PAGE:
At Face Value: Autobiographical Writing in Spanish America by Sylvia Molloy

By Sylvia Molloy

This learn of Spanish American autobiography from its beginnings within the post-colonial 19th century to the current day concentrates often on cultural and old matters. Spanish American autobiographies are interesting hybrids, usually wielding a number of discourses straight away. They aspire to documentary prestige whereas unabashedly exalting the self, and live on own event whereas purporting to be routines in historiography, the founding texts of a countrywide archive. Professor Molloy examines quite a lot of texts, from Sarmiento's Recuerdos de provincia to Victoria Ocampo's Autobiografia. She analyses their textual innovations, the common affiliations they declare, their courting to the eu canon and their discussion with precursor texts, in addition to their problematical use of reminiscence and the ideological implications in their repressive strategies. this technique allows her to spot perceptions of self and tensions among self and different, hence laying off gentle at the fluctuating position of the topic inside a group.

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Extra info for At Face Value: Autobiographical Writing in Spanish America

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I went to Copiapo [where Sarmiento worked in a mine with other Argentine emigres] and translated the sixty volumes of Walter Scott's complete works at the rate of a novel a day . . In Copiapo many still remember the miner who was always reading. (p. 178) To read, then, would be to translate - but to translate in what fashion? Sarmiento obviously gives the word a special meaning, implies a translation "for myself of which no written record remains. But why, then, use the verb to translate and not, as one would expect, simply the verb to read?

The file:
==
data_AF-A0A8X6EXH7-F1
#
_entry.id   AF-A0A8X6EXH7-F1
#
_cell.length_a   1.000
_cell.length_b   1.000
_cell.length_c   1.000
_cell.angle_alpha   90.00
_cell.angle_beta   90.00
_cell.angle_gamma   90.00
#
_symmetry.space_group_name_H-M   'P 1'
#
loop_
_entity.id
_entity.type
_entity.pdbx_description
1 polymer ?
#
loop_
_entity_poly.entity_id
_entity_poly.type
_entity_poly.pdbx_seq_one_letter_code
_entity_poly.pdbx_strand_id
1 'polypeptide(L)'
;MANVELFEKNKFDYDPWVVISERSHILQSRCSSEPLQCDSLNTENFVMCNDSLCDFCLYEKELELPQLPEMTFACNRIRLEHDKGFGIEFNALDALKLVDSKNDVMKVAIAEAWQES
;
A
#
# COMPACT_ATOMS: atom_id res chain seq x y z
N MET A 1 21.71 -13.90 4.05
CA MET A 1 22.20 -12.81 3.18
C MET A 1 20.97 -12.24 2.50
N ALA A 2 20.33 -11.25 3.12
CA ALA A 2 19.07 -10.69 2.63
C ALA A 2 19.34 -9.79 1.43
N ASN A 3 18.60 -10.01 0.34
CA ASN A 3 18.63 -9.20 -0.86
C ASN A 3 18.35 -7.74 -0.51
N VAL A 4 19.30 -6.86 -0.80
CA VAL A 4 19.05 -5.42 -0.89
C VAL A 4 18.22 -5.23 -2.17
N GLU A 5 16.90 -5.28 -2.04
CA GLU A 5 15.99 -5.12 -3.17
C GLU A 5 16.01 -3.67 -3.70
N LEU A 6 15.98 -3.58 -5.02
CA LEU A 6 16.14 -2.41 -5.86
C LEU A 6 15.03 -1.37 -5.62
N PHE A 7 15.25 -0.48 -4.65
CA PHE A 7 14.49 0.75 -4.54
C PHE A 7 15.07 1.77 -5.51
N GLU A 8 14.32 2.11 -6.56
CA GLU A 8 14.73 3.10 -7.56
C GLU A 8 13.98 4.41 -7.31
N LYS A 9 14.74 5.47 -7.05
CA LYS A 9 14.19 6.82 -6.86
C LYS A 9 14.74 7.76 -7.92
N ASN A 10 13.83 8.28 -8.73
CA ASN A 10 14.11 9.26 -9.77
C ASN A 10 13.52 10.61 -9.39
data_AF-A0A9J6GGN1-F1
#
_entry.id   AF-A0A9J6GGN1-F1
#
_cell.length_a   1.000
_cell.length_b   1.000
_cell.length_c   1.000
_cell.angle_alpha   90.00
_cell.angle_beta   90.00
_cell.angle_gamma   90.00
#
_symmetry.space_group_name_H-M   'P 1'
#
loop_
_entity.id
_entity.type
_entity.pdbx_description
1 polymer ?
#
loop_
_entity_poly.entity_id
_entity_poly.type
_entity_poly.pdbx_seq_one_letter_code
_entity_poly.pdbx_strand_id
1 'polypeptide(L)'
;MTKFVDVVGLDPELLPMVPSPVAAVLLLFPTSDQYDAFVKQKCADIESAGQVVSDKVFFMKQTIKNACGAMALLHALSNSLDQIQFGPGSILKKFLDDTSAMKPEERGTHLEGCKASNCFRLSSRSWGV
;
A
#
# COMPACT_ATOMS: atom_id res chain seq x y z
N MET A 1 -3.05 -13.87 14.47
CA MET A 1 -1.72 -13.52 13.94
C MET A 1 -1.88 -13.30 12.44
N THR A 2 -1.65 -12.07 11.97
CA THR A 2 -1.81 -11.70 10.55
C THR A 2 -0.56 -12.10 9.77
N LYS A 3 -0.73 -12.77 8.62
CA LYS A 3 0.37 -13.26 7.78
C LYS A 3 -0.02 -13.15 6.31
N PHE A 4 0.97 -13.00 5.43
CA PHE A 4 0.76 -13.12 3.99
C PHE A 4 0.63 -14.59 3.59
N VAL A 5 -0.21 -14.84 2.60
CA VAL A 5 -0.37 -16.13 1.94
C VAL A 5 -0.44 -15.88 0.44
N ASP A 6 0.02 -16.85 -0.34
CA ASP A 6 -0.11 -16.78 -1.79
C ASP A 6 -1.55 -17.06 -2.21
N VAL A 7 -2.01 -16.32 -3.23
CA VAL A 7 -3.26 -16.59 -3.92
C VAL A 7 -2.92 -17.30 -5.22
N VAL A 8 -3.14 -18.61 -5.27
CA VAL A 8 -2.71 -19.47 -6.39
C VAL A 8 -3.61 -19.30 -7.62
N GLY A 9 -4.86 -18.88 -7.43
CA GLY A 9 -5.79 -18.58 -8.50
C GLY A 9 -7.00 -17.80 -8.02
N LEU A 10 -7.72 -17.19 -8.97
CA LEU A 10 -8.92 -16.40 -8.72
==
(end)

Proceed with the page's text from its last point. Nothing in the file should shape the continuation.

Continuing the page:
Sarmiento, claim his opponents, does not know; what they fail to see is that he knows differently. Appearing as they do in a chapter ofRecuerdos deprovincia crucial to the autobiographical strategy, Sarmiento's considerations on plagiarism are of particular interest. Recuerdos, it will be remembered, follows a genealogical schema. Building up a complex family romance, Sarmiento evokes, one by one, from chapter to chapter, illustrious figures - heroes with whom he identifies and through whom he extolls his own best qualities - to replace his ineffectual father.

Yet, while not connected directly with reading, they are not left speechless and early nineteenth-century autobiographies often present them as powerful (and useful) storytellers. A constant in Sarmiento's Recuerdos de provincia, when trying to reconstruct the history of his province of which no written record remains, is the phrase "cuentame mi madre," evoking the oral testimony of the mother. With the passing of time, the mentors associated with the scene of reading change. In twentieth-century autobiographies women do appear as meaningful figures of cultural influence and even, at times, of cultural authority.

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